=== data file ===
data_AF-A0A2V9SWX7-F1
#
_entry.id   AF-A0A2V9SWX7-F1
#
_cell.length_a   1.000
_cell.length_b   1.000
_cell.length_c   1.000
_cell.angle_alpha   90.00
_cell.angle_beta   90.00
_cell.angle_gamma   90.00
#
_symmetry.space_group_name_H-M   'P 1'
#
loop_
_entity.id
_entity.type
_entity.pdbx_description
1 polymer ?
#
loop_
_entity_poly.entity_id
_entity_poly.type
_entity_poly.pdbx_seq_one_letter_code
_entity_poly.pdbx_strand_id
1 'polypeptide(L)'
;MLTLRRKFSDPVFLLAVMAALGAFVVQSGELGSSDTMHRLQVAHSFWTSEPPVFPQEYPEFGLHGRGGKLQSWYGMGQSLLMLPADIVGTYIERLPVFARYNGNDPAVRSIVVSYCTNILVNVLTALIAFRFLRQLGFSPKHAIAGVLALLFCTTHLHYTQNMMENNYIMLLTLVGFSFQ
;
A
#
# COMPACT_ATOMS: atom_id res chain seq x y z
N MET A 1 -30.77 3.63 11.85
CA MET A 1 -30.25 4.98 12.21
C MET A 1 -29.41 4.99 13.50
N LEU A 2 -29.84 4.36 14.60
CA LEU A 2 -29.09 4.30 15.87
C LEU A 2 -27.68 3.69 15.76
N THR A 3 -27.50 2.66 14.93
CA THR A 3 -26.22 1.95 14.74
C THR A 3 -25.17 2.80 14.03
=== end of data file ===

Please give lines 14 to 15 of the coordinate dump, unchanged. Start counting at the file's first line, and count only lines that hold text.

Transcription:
loop_
_entity.id